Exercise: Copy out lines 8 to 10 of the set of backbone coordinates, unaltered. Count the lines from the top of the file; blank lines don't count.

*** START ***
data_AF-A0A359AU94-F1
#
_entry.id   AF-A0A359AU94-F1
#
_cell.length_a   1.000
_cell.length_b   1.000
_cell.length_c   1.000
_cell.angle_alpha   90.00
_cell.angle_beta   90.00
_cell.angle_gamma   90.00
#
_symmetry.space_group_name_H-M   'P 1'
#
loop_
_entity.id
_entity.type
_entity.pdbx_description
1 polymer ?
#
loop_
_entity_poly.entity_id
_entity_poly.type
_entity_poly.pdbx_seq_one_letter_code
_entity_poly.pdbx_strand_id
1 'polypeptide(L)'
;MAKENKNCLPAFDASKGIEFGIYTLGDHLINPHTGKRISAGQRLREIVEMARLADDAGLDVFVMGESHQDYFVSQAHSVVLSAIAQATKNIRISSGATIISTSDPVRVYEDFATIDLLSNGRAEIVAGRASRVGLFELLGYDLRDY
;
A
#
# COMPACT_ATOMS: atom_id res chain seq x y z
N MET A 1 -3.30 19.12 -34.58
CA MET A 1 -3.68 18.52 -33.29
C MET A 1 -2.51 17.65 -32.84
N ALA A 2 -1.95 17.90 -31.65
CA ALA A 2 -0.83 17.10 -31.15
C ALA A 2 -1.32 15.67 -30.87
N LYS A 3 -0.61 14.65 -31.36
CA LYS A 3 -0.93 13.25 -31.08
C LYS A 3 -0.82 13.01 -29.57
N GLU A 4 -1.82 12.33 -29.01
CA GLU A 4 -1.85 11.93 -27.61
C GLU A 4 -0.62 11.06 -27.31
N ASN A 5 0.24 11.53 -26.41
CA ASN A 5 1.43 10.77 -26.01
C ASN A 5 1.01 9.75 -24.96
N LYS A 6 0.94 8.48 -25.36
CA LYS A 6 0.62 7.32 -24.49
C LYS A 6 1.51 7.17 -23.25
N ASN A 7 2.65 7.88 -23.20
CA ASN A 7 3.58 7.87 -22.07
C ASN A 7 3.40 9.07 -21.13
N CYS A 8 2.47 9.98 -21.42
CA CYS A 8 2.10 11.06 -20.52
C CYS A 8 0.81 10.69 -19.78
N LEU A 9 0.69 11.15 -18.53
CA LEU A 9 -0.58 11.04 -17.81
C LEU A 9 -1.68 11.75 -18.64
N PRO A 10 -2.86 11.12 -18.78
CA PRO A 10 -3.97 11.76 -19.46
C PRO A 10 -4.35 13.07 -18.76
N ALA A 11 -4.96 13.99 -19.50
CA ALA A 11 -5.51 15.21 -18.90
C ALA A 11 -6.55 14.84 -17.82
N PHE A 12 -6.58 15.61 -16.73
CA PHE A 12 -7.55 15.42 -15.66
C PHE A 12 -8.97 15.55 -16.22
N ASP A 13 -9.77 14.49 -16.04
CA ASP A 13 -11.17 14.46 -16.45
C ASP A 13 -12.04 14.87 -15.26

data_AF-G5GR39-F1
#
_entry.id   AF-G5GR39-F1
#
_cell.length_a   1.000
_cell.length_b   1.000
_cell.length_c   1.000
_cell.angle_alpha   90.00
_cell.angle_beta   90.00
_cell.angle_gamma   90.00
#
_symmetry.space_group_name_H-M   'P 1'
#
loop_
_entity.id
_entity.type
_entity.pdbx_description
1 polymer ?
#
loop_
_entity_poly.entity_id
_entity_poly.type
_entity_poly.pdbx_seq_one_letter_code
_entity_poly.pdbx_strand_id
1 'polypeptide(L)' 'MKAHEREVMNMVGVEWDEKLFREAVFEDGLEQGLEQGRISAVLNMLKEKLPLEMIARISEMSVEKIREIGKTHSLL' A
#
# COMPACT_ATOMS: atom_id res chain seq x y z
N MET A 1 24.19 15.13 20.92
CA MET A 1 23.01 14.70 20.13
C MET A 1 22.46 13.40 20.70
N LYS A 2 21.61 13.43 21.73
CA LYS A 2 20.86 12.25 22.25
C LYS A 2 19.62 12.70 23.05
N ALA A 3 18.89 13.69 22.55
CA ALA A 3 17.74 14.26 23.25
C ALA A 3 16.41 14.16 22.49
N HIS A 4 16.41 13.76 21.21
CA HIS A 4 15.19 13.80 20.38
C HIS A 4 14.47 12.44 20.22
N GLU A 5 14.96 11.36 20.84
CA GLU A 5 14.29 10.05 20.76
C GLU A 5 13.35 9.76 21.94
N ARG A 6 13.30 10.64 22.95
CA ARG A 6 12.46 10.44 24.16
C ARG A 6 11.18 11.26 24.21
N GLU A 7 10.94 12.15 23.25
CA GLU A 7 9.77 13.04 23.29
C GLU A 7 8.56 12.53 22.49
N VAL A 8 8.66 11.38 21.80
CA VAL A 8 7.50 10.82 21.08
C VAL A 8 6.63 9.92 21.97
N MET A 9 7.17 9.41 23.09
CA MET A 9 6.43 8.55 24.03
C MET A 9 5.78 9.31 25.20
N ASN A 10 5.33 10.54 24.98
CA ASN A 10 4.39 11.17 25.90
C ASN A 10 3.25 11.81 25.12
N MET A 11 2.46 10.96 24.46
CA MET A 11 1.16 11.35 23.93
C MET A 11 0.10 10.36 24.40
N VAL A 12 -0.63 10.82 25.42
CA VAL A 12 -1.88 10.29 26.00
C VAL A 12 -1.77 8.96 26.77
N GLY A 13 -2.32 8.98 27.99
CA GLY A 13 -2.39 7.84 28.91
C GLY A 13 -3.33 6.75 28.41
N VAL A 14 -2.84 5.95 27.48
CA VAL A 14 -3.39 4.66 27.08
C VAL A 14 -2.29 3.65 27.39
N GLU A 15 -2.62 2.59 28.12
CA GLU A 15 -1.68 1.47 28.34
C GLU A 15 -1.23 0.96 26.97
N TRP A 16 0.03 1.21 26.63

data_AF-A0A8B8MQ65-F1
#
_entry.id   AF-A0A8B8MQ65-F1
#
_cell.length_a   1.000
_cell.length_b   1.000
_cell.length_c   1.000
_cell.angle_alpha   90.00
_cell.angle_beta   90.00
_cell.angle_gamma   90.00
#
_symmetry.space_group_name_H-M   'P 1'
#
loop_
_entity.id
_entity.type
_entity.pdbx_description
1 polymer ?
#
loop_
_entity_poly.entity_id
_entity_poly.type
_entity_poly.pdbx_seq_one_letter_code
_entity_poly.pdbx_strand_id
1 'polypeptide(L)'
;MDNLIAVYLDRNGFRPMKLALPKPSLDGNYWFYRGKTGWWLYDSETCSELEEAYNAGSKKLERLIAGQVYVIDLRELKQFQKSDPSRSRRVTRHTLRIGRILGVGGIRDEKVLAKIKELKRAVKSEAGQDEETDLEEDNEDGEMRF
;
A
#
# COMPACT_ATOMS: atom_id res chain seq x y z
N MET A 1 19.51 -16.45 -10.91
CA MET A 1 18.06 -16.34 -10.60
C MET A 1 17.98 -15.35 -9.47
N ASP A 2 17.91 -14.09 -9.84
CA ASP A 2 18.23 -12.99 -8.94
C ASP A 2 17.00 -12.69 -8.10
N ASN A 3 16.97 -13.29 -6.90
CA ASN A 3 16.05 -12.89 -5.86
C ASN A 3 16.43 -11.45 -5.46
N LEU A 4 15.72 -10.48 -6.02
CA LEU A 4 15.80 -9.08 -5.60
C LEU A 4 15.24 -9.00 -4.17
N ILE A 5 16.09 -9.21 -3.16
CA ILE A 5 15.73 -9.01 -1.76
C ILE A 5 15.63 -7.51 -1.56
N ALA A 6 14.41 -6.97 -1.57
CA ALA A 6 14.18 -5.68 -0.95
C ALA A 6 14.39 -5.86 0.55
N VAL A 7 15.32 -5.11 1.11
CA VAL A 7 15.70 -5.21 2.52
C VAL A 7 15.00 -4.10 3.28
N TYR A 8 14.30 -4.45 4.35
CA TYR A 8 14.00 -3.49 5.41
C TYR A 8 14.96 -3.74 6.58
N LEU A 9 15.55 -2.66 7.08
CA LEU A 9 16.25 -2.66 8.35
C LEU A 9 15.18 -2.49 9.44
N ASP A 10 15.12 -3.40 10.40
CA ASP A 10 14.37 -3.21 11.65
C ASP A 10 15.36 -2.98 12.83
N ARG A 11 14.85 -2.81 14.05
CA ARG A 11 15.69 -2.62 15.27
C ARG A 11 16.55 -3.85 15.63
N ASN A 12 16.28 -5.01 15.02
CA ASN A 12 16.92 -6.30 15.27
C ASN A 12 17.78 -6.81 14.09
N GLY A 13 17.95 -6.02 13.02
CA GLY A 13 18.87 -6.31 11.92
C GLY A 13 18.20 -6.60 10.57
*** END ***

_cell.angle_alpha   90.00
_cell.angle_beta   90.00
_cell.angle_gamma   90.00